Desalination is needed

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CLIMATE change should prompt the government to be more adventurous and build desalination plants at strategic sites on our coastline.

The Wash with its strong tidal surge could well be ideal for processing sea water for drinking and other purposes in times of urgency.

More than two centuries ago a plan was conceived at government level to build a barrier and road across The Wash from Norfolk to Lincolnshire and converting sandbanks into fresh water reservoirs. Sea lanes to King’s Lynn, Wisbech and Boston remain open.

With or without a barrier, the geological advantages of The Wash are underestimated. The practicalities of the scheme were considered too expensive and fell victim to short-sighted political reasoning.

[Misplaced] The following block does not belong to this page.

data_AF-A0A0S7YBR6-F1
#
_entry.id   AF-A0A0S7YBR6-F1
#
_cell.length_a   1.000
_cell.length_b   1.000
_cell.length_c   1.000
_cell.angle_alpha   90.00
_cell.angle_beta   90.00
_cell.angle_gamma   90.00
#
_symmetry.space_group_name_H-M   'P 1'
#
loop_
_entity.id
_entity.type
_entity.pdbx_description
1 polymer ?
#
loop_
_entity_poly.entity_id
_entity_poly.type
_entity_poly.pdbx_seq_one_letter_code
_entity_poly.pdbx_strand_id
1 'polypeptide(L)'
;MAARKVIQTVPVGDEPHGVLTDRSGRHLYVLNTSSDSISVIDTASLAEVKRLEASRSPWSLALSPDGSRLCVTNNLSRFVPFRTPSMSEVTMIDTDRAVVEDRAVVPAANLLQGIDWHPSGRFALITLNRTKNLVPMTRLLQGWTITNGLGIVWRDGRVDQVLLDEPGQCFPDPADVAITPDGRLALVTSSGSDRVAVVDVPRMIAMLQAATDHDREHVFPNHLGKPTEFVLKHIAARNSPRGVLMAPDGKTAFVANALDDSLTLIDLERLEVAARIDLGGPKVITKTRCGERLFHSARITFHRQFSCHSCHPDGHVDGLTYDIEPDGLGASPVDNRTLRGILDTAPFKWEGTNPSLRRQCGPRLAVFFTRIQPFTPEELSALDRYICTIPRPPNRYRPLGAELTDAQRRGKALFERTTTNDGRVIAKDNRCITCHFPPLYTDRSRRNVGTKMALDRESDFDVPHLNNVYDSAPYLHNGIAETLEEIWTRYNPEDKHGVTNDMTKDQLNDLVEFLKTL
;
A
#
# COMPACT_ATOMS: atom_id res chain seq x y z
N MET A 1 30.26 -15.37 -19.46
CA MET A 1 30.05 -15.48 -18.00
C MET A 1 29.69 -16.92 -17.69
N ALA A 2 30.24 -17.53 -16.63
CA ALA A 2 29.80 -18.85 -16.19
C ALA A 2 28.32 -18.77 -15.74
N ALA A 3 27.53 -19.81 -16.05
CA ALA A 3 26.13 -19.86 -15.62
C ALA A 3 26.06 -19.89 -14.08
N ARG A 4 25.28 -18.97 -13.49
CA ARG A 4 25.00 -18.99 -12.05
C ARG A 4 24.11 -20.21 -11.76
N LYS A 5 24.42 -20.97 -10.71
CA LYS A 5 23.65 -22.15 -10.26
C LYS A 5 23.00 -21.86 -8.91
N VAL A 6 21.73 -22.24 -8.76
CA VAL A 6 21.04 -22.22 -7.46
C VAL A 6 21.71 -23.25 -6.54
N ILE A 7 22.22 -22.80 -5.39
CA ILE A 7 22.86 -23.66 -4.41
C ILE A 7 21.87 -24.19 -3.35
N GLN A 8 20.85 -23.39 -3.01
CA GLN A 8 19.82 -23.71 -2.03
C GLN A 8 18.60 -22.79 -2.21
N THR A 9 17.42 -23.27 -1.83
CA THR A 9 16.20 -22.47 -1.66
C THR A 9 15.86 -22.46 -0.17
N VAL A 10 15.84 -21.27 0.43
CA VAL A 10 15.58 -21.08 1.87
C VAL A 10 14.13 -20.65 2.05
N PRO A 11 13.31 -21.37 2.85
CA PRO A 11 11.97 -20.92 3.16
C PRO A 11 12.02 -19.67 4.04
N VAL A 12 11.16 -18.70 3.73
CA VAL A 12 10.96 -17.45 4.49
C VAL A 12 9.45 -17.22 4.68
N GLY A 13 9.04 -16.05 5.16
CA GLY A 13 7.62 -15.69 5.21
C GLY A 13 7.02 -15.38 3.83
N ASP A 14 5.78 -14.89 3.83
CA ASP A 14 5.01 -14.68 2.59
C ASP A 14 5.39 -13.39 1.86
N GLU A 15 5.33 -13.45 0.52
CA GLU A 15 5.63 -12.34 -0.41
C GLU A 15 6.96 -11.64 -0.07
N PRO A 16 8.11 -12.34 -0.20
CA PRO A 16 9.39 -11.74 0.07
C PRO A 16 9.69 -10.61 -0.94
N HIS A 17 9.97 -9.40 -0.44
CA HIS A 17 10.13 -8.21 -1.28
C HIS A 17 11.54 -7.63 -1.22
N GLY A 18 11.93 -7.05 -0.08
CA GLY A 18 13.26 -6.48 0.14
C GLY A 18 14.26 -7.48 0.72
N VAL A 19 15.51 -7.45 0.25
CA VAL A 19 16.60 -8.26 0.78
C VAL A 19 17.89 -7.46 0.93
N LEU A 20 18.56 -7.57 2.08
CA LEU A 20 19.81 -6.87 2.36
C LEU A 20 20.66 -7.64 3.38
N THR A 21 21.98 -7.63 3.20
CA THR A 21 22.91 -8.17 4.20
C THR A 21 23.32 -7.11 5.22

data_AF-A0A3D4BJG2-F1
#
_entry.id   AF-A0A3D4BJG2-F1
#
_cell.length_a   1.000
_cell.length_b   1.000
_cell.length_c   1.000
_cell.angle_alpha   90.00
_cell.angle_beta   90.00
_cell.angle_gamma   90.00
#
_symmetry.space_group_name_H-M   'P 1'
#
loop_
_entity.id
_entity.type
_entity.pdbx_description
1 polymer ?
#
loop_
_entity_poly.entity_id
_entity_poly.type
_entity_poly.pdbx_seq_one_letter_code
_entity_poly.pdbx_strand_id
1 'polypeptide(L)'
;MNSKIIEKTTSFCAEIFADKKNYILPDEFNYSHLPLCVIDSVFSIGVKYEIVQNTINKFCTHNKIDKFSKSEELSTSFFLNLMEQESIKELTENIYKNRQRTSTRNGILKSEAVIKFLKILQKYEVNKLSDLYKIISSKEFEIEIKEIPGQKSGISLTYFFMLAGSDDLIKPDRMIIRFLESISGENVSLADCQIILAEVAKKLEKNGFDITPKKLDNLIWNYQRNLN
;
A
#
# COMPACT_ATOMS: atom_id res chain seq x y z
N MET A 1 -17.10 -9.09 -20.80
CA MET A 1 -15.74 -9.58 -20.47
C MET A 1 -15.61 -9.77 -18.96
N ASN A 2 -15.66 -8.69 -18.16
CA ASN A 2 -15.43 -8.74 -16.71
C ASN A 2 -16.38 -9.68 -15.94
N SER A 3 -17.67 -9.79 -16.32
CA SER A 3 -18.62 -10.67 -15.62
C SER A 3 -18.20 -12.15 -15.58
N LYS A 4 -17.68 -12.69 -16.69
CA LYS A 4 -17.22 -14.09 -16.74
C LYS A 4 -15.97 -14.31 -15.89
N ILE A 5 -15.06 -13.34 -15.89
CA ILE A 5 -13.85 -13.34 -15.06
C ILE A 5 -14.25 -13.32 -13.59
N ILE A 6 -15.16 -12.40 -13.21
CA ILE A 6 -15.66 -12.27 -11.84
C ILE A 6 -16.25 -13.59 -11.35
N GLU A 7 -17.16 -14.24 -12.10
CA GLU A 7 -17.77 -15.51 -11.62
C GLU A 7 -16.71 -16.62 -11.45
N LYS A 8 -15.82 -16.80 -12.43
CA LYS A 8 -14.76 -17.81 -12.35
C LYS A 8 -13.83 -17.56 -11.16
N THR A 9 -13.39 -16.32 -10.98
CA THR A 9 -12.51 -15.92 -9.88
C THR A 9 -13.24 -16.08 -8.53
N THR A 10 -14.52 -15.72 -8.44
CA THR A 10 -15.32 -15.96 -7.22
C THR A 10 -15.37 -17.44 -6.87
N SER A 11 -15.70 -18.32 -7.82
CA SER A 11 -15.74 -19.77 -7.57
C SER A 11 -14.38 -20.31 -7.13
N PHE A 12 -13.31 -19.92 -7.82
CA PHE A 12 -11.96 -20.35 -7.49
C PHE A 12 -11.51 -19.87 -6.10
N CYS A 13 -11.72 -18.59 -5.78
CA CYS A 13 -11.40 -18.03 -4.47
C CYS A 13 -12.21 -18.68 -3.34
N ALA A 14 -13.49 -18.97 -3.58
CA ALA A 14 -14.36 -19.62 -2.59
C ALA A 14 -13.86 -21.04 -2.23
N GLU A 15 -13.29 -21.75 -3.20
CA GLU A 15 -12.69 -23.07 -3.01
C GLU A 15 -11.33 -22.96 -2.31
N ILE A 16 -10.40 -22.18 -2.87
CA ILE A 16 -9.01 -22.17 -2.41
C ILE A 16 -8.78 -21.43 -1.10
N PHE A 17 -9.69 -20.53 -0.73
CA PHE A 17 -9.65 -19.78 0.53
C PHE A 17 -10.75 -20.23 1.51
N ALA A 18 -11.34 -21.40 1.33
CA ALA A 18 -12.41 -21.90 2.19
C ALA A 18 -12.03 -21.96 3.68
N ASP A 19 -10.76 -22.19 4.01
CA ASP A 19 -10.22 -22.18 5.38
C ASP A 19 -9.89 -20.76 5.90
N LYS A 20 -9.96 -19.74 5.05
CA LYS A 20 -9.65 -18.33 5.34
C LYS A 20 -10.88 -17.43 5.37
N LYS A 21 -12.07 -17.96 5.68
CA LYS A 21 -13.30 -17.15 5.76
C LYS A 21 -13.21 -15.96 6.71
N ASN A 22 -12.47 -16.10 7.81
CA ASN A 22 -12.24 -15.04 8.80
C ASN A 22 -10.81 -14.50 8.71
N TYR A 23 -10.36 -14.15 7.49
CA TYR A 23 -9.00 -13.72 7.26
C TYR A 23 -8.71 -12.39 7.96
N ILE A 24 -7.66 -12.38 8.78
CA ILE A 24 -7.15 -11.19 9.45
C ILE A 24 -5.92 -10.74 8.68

The Wash could prove of immense ecological value to the Midlands, the Fens, Lincolnshire and a large part of East Anglia served by tidal force with immense potential of the rivers Witham, Welland, Nene and Great Ouse.

Desalination plants adjoining the tributaries could serve a dual purpose combined with water turbines units generating power under the same roof.

It is estimated there are 15,000 desalination plants in the world and they are proving their worth. Australia is considering major use of desalination plants and other sea fringed countries are interested too. Why not Britain? Expensive? Initially yes, but of great benefit in the long term.

Relying on energy from foreign sources is fraught with risk. There is too much political meddling and every chance of quadrupling fees from foreign companies. Wind power is unreliable, wave power practically constant.

Sending monies to regimes and Europe’s rapidly failing political behemoth should stop and be spent in putting our own house in order. We need management free from foreign interference.

A good start would be ensuring adequate water supplies all year round, a reliable energy source and far less ruinous political involvement in so many things aliens to our way of life.

TREVOR BEVIS

March